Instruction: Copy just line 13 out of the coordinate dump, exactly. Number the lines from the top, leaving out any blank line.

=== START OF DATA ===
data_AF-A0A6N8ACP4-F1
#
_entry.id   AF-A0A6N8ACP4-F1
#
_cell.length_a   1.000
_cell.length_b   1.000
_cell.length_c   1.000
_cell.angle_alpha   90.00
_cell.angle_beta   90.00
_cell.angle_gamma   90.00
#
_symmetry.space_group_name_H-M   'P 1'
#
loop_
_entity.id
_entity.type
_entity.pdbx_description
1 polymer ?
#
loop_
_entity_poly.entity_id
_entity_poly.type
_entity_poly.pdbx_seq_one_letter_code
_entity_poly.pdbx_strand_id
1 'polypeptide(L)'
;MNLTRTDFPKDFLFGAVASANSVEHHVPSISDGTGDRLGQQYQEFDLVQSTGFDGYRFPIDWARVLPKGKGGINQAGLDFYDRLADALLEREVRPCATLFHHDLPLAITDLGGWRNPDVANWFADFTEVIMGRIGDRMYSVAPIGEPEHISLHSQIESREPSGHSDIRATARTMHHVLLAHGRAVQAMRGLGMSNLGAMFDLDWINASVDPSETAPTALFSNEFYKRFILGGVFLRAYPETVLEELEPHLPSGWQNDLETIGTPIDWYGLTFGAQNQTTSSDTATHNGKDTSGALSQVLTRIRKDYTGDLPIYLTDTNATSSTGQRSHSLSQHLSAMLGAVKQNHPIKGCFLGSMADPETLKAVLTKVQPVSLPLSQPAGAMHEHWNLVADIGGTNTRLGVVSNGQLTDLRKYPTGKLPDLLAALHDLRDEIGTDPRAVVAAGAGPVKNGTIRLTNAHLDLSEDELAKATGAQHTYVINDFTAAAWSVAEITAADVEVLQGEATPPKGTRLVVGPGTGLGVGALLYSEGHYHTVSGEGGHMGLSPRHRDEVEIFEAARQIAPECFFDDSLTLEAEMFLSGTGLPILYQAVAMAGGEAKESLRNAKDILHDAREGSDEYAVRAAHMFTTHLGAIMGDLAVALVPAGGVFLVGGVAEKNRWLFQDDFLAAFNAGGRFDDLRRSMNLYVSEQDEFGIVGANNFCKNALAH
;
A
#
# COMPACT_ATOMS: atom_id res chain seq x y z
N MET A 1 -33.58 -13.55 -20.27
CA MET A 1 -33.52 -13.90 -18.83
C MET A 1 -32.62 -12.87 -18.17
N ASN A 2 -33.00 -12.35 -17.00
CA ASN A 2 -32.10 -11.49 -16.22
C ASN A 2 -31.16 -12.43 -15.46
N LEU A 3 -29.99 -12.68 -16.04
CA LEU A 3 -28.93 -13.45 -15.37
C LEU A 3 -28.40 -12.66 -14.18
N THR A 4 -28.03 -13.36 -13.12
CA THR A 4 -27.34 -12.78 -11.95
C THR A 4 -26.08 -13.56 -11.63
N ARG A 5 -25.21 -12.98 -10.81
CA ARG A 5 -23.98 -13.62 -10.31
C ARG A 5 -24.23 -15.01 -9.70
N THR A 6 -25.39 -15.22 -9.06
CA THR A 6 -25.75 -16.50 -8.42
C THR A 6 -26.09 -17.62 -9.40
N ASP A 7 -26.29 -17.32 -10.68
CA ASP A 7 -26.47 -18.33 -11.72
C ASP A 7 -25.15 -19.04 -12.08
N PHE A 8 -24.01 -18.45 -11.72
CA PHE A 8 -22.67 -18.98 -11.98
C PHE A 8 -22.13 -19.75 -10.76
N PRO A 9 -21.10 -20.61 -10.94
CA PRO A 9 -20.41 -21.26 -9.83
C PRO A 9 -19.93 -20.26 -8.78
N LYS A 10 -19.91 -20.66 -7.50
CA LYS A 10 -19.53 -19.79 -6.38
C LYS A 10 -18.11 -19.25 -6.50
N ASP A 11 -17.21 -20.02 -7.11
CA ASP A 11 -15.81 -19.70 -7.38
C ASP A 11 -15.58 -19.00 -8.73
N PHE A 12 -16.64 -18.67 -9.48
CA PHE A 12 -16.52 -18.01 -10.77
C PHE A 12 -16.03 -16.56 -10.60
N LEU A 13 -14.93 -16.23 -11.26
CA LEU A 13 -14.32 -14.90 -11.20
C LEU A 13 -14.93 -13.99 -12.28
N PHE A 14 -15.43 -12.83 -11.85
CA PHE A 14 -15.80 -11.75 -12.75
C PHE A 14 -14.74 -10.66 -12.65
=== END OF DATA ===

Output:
#